Perhaps you like to write your blog articles in Word or received articles from other that are in Word. You have been simply copy and pasting from Word into WordPress, and wondering why the font and style of text doesn’t match some of your other blog articles.
The reason: Copying and pasting from Word is actually pasting hidden HTML formatting code that’s interfering with your blog’s built-in formatting features (called style sheets). You can verify this by simply peeking at the HTML code by clicking on the “Code” view. I know looking at HTML is scary ðŸ™‚ but you’ll see lots of additional tags (like p class=”MsoNormal”) in front of and at the end of what you’ve pasted.
There are several solutions to this issue according to an article about pasting from Word in the WordPress forum:
- Always copy and paste content from a plain text editor
- Use the Advanced Menu feature for pasting
- Use the code view to manually remove the unwanted HTML tags
I’ll go over each of these options:
1. Always copy and paste content from a plain text editor. A plain text editor strips away everything else but text, hence the name “plain”. Most operating systems come with these editors already installed. On a Mac, it’s called “TextEdit”, and on a PC, its called “WordPad” or “NotePad”. If you want to compose your posts off-line, use one of these plain text editors. If someone has sent you a Word document, simply copy and paste the Word content into a plain text editor, and then copy and paste into WordPress.
2. Use the “Advanced Menu” feature in WordPress. Inside the WordPress writing a post or page area, at the end of the first line of icons, there’s an icon that when clicked, displays a second row of formatting icons:
See the little icons with the “T” and the “W”, these will bring up windows that let you paste your Word content. I suggest you try out both to see which you prefer. The “T” (for “Text”) will remove all formatting, while the “W” (for “Word”) will leave some in.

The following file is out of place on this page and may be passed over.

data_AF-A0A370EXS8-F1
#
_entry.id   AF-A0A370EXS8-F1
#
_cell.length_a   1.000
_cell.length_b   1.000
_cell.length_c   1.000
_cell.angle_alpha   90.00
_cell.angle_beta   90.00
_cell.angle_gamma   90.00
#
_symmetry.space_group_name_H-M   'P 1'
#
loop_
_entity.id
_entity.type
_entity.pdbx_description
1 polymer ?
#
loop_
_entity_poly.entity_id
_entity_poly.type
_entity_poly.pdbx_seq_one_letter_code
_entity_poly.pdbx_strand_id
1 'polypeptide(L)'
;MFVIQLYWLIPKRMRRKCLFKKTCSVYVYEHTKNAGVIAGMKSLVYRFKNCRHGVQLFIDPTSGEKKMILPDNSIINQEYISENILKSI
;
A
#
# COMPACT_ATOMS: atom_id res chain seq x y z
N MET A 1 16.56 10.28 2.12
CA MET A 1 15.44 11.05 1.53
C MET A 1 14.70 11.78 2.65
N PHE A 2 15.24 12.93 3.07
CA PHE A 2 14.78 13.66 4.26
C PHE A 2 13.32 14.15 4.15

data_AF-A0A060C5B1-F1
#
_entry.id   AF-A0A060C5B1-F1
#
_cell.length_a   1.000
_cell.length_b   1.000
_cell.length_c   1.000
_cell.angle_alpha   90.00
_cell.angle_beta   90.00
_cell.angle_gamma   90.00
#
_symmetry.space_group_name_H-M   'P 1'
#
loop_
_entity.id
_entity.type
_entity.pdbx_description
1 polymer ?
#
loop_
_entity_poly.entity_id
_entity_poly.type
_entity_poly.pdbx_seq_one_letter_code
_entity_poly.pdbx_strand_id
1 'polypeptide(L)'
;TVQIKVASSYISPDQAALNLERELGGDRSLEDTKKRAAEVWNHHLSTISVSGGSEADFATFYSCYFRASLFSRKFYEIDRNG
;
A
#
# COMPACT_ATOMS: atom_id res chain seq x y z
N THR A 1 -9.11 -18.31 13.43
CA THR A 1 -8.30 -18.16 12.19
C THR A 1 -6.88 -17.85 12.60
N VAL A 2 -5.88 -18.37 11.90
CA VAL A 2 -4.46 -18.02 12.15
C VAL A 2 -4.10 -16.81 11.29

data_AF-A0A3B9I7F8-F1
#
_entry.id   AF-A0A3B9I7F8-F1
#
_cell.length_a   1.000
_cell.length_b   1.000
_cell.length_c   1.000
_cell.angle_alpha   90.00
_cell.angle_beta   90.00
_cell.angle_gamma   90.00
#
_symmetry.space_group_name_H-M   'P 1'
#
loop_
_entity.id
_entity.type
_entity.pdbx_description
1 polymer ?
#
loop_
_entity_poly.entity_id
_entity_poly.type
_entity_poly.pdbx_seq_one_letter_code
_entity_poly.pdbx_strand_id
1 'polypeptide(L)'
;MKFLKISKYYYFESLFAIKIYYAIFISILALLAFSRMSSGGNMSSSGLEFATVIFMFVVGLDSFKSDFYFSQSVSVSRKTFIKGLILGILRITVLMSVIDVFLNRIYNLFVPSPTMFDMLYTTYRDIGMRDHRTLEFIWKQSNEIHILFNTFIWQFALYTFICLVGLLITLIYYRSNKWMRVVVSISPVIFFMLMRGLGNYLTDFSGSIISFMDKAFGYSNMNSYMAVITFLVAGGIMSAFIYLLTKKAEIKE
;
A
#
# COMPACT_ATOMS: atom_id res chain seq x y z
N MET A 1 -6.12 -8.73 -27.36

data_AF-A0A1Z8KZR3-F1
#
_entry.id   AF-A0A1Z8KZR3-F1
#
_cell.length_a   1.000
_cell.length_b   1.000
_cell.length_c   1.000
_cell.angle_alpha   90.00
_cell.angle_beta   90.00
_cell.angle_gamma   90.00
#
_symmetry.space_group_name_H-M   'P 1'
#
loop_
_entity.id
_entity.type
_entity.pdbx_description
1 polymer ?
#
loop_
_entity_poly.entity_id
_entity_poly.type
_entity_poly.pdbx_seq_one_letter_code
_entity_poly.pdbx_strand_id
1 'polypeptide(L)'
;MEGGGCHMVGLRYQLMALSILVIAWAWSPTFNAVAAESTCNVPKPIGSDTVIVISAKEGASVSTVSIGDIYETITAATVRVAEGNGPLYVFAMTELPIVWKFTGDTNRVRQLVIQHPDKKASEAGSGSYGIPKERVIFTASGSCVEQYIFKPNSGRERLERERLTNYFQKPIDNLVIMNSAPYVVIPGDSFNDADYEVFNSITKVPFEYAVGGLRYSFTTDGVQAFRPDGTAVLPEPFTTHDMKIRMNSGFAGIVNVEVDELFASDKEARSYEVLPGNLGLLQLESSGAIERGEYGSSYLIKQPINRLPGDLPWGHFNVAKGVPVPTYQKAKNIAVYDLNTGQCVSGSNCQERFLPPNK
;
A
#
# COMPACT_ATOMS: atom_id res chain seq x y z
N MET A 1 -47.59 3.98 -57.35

If the icon for the Advanced Menu isn’t visible in WordPress, you’ve got a few options. First, try different variations of “control v” and “alt v” and “alt shift v” to see if you can get it to come up. I’ve had clients tell me that depending on their browser and their operating system, this pattern may vary. If you aren’t running the latest version of WordPress, you might consider upgrading because it’s possible that your version doesn’t support this feature.
3. Use the code view to manually remove the unwanted HTML tags. This last method is not for those of you who don’t know HTML. If you do know HTML and you want to clean up the unwanted tags manually, simply click on the Code view and delete all the unwanted tags yourself. Again, unless you know HTML, don’t use this method.
It’s important that the formatting of your blog articles is consistent to ensure that your blog looks as professional as possible – and if you write your blog articles off-line, be sure to use one of the techniques mentioned above to paste nice clean plain text into WordPress.Jill
Aldebaran Web Design, Seattle
Jill Olkoski has a BS in Engineering, a BS in Computer Science and an MA in Clinical Psychology. She delights in using her advanced technical and psychological skills to help small business owners develop cost-effective and successful websites.